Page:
Friday, May 9, 2014

I-345 vs US-75: Commute Times

Previously: "I-345 vs US-75: Daytime Employment."
Previously: "I-345 vs US-75: Same Standard."

Rodger Jones of The Dallas Morning News offers his solutions to north Texas' traffic woes. Jones wants US-75 through Richardson to get "three added pay lanes in each direction, sunken, with sound walls." To pay for this, he thinks "We should raise the gas tax and pay as we go. I know, fat chance."

After the jump, my reaction.

Why does Jones want this? It seems to come down to mainly one thing: commute times.
What if I said McKinney and Allen people should find another way than US 75 through Richardson to get to Dallas? What if I told my daughter that?
If they are doing that on a daily basis, I'd tell 'em, sorry, but there's a price to be paid for such life choices. In my opinion, prioritizing subsidies for daily commuters who want to drive 30 miles each way through a populated area is, at least, misguided.

I know this is Texas. I know the myths. The Texas economy will ride high on oil and gas forever. Climate change is a hoax. We should be able to drive anywhere we want at 80 miles an hour. And we will be able to no matter how much we sprawl over north Texas if only we build enough freeways. I know those myths are why Jones says there's only a "fat chance" that the Texas will ever approve an increase in the gas tax that comes close to covering the costs of freeway construction, to say nothing of the costs of the negative externalities produced by burning all that gas.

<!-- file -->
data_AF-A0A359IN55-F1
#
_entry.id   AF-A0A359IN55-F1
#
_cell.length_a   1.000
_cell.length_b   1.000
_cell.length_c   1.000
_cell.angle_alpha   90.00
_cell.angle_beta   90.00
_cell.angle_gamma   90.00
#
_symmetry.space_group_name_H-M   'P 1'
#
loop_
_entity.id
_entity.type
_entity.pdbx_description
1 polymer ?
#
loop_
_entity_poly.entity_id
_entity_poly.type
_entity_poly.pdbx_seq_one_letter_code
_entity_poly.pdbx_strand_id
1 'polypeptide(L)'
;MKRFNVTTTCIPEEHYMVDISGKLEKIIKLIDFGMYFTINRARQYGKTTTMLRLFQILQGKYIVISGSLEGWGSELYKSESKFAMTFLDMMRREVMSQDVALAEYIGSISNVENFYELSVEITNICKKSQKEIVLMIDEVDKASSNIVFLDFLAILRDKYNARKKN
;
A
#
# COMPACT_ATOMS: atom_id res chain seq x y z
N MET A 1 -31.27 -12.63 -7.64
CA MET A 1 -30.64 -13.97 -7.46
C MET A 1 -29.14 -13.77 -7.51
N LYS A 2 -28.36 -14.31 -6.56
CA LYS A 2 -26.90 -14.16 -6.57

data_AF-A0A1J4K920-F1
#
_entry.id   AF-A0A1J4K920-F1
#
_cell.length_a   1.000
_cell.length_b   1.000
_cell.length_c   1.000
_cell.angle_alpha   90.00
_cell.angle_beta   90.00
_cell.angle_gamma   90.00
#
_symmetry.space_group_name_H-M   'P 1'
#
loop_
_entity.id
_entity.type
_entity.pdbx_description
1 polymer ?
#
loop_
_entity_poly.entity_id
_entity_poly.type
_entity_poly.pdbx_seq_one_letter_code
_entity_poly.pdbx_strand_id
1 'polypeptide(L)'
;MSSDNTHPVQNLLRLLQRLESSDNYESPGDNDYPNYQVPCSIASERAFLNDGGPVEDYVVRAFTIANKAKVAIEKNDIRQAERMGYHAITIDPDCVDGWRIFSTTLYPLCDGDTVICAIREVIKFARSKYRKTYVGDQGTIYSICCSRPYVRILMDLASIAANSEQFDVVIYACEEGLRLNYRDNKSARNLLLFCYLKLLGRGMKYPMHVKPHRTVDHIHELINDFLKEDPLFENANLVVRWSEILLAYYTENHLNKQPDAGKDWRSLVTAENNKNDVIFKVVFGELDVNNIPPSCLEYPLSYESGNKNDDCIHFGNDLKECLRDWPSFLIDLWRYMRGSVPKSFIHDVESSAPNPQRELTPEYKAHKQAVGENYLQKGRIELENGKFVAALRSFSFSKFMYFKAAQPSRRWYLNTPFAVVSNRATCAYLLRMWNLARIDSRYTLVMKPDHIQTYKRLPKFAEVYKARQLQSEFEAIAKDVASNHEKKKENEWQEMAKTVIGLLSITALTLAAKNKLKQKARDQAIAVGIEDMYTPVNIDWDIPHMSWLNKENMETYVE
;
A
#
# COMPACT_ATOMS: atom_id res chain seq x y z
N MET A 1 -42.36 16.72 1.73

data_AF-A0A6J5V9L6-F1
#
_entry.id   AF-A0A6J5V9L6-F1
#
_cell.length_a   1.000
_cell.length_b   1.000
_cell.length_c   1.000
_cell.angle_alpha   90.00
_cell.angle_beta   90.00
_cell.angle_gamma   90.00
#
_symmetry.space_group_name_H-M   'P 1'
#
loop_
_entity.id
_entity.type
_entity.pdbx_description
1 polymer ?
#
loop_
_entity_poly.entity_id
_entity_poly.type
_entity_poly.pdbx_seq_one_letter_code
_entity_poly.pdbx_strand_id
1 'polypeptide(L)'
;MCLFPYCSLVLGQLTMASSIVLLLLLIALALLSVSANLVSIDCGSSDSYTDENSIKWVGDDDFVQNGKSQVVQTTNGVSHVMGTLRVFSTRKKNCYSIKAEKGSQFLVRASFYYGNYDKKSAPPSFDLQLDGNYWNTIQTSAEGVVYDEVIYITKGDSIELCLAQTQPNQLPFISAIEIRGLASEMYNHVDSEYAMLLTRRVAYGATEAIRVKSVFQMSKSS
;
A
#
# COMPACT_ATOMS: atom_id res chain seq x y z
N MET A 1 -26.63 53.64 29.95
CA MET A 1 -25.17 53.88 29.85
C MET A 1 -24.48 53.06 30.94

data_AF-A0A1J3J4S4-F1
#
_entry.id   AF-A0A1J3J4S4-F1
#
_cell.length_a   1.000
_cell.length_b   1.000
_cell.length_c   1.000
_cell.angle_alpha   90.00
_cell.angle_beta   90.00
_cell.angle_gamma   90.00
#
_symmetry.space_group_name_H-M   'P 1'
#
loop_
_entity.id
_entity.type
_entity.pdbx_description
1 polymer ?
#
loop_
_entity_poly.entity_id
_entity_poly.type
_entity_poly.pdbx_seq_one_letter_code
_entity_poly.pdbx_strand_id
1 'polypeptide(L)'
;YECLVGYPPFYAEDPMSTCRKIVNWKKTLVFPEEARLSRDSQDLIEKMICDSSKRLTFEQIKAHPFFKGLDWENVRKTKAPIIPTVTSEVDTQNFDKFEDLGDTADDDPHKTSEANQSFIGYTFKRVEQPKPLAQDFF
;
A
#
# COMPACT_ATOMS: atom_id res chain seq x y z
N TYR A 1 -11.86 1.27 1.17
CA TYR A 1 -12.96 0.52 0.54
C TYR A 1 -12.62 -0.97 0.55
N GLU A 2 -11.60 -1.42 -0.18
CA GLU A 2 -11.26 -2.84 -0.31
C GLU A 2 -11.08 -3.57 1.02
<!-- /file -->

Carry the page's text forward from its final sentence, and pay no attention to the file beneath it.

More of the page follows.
But just because many people believe in the myths, that's not a good argument for building more and more freeways. The longer we put off the inevitable, that is, the need to deal with the real costs of our sprawling development in north Texas, the higher our ultimate costs will be.

Maybe Rodger Jones can't face telling his daughter the truth, but he's doing her no favors by keeping the truth from her. It's time to quit subsidizing people who want to live in McKinney and work in downtown Dallas. There is a better way. Best of all, long-term sustainable development practices also help control those rising commute times.

1 comment:

Mark Steger said...

"In a 2007 paper, Ian Parry, Margaret Walls, and Winston Harrington found that the overall social cost (including road congestion, highway deaths, and global warming) of burning a gallon of gasoline is about $2.10."
-- "It's time to raise the gas tax" by Matthew Yglesias